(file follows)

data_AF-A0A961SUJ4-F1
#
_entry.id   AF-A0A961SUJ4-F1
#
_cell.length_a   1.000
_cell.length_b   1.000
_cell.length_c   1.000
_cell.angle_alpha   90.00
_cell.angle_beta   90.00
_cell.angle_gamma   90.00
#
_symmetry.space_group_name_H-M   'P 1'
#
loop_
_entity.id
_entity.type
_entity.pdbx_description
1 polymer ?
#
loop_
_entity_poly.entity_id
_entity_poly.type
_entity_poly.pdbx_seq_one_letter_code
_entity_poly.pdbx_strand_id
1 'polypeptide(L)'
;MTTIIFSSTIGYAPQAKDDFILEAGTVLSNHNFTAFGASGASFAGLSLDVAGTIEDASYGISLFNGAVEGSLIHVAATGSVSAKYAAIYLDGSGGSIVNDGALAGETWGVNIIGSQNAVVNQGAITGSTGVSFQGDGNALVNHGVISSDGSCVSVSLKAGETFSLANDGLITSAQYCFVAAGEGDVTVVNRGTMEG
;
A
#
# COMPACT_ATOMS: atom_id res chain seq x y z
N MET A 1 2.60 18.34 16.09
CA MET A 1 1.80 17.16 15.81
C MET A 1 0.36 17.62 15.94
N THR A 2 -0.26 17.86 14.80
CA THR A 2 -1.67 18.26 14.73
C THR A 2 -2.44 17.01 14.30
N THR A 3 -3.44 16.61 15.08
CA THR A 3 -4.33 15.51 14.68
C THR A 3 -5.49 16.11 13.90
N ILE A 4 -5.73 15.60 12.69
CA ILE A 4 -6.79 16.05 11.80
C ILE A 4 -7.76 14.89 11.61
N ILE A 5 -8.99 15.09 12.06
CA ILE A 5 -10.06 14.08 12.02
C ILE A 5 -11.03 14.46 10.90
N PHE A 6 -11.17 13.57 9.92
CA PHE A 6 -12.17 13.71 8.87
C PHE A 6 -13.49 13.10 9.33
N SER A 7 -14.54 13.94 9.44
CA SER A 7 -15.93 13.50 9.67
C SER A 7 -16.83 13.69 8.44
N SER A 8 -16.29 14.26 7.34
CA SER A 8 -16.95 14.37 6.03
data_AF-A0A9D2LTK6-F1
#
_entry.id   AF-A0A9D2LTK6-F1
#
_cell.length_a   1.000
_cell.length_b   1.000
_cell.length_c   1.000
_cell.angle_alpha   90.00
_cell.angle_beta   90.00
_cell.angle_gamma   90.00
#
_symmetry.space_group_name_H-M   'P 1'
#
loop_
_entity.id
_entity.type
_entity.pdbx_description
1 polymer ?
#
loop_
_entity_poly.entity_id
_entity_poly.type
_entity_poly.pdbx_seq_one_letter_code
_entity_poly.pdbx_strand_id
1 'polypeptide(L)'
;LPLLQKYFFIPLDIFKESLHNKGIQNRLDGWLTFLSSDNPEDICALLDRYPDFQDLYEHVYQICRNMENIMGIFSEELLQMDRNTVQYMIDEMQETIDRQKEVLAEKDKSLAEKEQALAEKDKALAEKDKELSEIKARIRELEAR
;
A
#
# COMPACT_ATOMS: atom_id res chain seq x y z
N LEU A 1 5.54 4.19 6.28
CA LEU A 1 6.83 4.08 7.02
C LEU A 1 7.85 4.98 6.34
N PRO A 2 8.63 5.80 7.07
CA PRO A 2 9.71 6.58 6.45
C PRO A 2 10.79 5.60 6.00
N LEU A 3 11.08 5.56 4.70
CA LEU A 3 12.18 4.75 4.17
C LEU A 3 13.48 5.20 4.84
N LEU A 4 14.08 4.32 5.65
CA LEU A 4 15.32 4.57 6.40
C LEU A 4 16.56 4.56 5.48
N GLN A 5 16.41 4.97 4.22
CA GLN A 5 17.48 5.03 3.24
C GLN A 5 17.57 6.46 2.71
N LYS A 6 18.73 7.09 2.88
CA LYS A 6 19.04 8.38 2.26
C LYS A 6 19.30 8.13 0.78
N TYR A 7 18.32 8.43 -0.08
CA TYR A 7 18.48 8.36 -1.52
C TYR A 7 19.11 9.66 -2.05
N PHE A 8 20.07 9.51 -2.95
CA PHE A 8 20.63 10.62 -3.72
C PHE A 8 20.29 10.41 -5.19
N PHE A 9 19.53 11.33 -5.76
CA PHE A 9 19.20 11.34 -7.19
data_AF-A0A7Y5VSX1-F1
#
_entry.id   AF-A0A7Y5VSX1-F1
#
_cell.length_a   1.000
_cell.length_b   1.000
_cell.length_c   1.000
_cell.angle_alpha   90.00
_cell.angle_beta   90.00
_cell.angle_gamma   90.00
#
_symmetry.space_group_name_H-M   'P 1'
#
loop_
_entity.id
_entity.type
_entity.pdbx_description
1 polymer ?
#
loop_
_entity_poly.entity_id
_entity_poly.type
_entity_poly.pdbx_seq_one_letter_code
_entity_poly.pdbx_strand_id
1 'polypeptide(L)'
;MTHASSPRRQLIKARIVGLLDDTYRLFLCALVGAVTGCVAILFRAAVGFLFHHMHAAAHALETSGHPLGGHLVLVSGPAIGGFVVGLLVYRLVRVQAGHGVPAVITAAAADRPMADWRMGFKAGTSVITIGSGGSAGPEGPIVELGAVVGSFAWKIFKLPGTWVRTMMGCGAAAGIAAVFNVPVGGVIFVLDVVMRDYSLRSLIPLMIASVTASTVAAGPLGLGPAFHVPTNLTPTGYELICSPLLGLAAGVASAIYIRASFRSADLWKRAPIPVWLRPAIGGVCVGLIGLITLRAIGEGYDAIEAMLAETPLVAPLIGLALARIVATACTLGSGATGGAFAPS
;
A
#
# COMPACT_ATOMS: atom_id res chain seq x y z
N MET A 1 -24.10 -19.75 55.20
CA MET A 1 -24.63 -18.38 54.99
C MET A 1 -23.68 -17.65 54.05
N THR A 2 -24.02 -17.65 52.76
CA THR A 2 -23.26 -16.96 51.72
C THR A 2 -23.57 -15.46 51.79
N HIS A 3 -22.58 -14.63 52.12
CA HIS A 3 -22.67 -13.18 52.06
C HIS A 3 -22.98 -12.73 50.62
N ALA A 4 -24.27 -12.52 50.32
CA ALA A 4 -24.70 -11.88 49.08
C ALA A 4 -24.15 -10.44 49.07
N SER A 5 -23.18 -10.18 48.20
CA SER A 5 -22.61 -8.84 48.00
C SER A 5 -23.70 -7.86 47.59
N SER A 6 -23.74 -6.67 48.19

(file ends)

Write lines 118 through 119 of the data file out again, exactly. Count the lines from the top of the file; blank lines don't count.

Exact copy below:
_cell.angle_beta   90.00
_cell.angle_gamma   90.00